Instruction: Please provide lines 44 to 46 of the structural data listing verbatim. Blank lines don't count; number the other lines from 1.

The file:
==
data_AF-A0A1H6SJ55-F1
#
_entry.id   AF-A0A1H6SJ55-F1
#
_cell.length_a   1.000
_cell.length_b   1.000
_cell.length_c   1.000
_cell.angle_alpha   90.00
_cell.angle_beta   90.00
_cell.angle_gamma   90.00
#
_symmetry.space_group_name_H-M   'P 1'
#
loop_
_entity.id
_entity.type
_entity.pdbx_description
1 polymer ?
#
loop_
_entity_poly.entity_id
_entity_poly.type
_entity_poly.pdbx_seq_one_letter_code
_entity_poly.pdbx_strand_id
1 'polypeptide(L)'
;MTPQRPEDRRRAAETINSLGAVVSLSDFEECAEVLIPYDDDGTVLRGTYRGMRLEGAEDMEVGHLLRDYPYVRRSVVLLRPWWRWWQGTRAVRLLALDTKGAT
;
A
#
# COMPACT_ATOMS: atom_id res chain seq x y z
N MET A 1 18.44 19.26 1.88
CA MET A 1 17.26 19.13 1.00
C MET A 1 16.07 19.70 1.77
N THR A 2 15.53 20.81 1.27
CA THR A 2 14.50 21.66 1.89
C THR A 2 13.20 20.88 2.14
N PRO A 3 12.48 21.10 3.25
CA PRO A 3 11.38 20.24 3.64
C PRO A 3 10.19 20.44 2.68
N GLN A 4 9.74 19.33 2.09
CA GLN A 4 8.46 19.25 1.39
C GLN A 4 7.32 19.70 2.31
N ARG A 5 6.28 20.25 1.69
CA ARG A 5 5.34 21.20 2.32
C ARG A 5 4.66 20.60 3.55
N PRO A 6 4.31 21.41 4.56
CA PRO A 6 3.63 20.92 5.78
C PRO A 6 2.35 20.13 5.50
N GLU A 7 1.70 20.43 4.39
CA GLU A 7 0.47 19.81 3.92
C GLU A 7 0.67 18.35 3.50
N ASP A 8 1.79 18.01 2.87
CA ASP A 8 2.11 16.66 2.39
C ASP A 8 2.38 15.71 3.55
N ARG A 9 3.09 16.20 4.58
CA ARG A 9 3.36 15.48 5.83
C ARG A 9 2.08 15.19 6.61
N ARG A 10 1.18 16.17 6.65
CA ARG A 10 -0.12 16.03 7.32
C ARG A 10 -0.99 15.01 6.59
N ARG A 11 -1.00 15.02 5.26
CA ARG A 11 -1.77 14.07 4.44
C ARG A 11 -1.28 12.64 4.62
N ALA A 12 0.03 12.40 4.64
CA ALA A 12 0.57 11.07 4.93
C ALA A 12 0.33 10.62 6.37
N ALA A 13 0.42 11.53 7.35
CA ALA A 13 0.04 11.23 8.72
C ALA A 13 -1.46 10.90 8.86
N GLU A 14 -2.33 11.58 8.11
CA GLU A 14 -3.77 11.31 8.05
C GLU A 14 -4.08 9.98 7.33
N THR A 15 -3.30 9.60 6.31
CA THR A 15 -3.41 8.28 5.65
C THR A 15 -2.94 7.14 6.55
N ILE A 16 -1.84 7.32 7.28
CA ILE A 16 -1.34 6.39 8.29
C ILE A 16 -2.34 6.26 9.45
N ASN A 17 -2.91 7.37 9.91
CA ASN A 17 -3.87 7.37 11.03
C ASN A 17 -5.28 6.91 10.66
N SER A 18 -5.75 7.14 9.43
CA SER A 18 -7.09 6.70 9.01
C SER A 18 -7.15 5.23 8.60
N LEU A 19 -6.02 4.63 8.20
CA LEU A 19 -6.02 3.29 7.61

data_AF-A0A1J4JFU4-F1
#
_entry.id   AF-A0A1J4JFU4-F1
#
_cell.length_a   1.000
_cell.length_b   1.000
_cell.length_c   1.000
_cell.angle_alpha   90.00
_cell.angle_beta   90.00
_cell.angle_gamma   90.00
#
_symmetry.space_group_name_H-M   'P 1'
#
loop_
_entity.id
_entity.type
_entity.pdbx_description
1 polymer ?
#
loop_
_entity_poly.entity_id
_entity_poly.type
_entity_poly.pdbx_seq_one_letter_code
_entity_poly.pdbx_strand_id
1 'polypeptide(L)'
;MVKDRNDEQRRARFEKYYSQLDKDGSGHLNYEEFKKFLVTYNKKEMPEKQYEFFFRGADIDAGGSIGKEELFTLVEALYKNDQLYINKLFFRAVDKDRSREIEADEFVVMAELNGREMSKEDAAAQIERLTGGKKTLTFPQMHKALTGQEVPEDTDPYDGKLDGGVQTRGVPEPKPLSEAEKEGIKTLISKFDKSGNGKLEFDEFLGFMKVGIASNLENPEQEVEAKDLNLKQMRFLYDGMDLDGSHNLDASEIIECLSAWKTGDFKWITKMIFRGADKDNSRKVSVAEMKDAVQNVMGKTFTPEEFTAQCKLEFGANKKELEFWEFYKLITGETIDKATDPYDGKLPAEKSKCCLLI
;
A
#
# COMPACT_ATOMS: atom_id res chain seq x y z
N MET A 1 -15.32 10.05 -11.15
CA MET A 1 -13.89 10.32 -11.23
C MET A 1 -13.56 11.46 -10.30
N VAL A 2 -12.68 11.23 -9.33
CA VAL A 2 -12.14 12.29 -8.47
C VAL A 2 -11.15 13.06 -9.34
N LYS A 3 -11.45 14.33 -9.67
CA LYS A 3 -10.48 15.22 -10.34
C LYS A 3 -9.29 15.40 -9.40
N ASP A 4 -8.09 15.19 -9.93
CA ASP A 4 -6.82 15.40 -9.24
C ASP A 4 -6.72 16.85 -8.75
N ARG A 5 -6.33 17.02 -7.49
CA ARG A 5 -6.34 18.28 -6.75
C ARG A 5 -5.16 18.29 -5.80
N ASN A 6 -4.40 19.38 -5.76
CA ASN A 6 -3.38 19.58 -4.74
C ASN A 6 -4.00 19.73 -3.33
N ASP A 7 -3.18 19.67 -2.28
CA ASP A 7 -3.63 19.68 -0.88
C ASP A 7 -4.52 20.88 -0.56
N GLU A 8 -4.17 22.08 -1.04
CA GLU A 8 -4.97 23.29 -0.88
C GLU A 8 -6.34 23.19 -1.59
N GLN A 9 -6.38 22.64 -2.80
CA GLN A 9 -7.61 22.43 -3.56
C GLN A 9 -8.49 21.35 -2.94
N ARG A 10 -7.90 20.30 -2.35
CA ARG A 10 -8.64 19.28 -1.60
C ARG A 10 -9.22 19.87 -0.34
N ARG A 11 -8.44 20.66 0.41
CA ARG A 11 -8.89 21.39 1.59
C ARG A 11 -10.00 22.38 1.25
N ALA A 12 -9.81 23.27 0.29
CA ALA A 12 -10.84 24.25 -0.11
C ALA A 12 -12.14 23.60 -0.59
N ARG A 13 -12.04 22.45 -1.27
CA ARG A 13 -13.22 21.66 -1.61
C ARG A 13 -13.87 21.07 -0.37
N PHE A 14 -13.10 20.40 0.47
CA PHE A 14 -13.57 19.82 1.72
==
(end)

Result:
CA ARG A 5 5.34 21.20 2.32
C ARG A 5 4.66 20.60 3.55
N PRO A 6 4.31 21.41 4.56